Inside a rusted round brass-appearing container, round metal pieces and wires are affixed, like a stethoscope

Apart from its sophisticated engineering, the power of the exhibition lies in how it questions what we may take for granted when we observe or use everyday materials, challenging us to see simple objects as containers – literally and figuratively – of complex ideas, histories and experiences. A seemingly singular sound, for example, actually derives from temporally fragmented and collective ones; the apparent unchangingness of distillery labour and movement, paradoxically, creates new matter. We see how the often-obscured inner workings of things are of no less importance. As if to reinforce this point, the web of wires and circuits that forms the sculpture’s brain centre are concealed beneath the table.

Part of the work’s intrigue is the indecipherability of its recorded sounds. There are moments when they carry the strain of a blaring siren; at other times, we hear the mechanical grinding and screeching of metal. Caught in an enjoyable state of curiosity, the viewer lingers with the work to discern its various sonic textures, to make sense of what has been upended or repurposed.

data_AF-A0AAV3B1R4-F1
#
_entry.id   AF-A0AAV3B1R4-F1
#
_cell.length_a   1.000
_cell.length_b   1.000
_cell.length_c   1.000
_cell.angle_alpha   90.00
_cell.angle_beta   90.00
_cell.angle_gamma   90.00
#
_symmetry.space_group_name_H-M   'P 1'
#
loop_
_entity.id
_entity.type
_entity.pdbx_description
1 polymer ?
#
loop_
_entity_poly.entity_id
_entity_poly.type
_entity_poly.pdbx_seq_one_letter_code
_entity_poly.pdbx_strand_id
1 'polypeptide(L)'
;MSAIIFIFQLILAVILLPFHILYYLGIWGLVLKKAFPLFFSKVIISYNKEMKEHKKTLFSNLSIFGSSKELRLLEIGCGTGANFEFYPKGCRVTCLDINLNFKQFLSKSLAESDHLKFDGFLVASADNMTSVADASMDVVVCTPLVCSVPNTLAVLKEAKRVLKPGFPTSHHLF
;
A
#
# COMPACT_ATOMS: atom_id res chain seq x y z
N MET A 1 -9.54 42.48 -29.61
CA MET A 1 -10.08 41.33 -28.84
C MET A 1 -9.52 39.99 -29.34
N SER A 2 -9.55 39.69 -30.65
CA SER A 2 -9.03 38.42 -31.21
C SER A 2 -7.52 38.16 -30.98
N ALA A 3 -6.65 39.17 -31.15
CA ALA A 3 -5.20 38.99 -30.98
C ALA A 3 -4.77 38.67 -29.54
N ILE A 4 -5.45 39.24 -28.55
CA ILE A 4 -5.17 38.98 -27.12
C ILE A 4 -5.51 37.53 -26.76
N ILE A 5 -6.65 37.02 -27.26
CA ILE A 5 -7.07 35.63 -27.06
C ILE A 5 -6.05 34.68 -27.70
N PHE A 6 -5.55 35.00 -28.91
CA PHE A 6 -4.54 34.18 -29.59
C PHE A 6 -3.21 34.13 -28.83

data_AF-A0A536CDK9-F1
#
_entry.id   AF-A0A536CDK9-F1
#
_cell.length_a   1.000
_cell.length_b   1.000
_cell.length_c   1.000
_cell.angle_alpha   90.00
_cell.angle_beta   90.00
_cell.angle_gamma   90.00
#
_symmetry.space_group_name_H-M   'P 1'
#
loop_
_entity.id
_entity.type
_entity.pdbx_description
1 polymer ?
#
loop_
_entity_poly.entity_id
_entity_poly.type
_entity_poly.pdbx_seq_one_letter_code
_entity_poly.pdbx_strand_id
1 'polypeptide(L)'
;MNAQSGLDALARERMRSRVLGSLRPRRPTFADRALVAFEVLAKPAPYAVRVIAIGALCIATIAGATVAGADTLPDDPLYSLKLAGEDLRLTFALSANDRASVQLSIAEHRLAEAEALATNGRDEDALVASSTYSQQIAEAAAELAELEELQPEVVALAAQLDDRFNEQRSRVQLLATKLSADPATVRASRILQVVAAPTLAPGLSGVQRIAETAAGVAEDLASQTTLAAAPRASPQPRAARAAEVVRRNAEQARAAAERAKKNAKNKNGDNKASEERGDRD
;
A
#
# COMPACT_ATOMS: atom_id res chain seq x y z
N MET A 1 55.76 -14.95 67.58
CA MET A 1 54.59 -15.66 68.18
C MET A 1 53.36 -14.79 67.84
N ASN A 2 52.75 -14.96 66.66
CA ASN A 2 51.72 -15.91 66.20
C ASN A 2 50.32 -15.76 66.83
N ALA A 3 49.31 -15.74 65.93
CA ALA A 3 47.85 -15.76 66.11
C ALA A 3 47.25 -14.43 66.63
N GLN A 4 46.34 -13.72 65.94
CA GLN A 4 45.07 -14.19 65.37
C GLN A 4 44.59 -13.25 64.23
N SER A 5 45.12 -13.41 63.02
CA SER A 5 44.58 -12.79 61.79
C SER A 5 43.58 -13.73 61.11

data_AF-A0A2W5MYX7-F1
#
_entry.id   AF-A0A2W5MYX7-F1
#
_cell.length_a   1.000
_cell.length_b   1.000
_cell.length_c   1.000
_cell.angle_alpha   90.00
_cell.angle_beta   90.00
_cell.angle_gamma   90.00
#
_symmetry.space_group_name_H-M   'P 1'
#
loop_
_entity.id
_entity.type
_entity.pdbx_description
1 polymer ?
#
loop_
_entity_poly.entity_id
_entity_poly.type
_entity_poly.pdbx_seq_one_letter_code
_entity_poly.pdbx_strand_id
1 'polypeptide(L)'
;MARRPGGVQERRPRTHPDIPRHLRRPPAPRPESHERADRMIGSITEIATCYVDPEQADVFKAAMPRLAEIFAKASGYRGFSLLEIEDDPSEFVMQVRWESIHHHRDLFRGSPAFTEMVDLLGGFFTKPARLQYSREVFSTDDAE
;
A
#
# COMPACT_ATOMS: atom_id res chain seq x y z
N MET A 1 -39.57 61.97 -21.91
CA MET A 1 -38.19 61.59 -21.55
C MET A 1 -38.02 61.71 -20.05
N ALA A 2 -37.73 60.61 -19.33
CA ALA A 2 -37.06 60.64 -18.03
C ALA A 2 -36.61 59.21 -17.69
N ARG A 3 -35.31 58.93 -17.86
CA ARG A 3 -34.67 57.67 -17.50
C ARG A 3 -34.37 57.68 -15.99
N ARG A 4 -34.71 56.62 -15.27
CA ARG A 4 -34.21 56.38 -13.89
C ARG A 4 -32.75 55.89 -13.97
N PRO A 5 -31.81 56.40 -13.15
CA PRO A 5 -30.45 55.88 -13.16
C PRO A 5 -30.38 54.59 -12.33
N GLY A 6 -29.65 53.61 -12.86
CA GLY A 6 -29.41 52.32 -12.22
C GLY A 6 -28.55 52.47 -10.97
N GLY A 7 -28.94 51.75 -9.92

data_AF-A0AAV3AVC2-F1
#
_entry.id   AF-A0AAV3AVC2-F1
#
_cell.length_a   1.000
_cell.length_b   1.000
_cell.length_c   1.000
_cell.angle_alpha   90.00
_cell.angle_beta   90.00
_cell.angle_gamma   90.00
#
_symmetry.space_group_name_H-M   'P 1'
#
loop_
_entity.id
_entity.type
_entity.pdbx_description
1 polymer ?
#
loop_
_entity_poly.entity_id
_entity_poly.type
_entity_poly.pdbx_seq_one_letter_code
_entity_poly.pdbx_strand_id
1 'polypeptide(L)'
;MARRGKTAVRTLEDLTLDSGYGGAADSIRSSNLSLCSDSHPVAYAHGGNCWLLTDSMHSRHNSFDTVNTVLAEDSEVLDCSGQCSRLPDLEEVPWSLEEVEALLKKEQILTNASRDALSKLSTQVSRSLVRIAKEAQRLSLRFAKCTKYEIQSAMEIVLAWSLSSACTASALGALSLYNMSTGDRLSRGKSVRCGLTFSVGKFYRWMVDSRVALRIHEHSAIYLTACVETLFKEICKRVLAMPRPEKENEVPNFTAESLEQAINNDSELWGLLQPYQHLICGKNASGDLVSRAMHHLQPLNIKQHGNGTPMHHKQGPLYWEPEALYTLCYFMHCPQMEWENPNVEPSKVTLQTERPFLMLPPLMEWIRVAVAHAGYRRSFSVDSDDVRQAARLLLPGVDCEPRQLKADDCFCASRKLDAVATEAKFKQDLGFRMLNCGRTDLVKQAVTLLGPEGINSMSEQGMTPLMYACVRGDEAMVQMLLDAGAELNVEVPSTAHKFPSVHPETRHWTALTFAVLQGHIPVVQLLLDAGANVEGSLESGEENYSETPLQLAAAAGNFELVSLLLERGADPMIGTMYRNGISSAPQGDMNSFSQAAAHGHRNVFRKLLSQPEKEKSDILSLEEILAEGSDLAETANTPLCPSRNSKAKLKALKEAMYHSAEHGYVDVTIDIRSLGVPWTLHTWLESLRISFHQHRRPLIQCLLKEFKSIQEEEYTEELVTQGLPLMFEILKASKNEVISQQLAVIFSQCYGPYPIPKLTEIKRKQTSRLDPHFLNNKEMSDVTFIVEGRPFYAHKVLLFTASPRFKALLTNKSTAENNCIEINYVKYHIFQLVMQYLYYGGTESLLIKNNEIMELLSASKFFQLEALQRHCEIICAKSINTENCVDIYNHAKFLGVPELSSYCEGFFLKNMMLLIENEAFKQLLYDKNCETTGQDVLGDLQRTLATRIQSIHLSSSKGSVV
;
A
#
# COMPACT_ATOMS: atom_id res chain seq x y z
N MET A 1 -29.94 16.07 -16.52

On a nearby wall, and within an upper gallery space, objects from the residency form an accompanying work titled Sampler. Among the items on display is Sampler (Single Blend), which shows a conjoined bottle containing one single malt from the Highlands and one from the Lowlands, slowly mixing into each other. Another object, Sampler (Tilt Level), is composed of two conjoined sample bottles: each contains water from different but linked bodies of water. It all amounts to a playful extension of the show’s overarching concern for interconnection, aural imprint and materiality. In their accompanying artists’ statement, Hlady and Migone revel in the ideas that these baffling items provoke. ‘They cannot be proven or disproven,’ the artists write. ‘They teeter, they unfold, they puzzle.’ Swan Song, with its thoughtful exploration of sonic and physical resonances, invites us to think about labour, sound and material coming together in often surprising and inscrutable ways, delighting while it bemuses.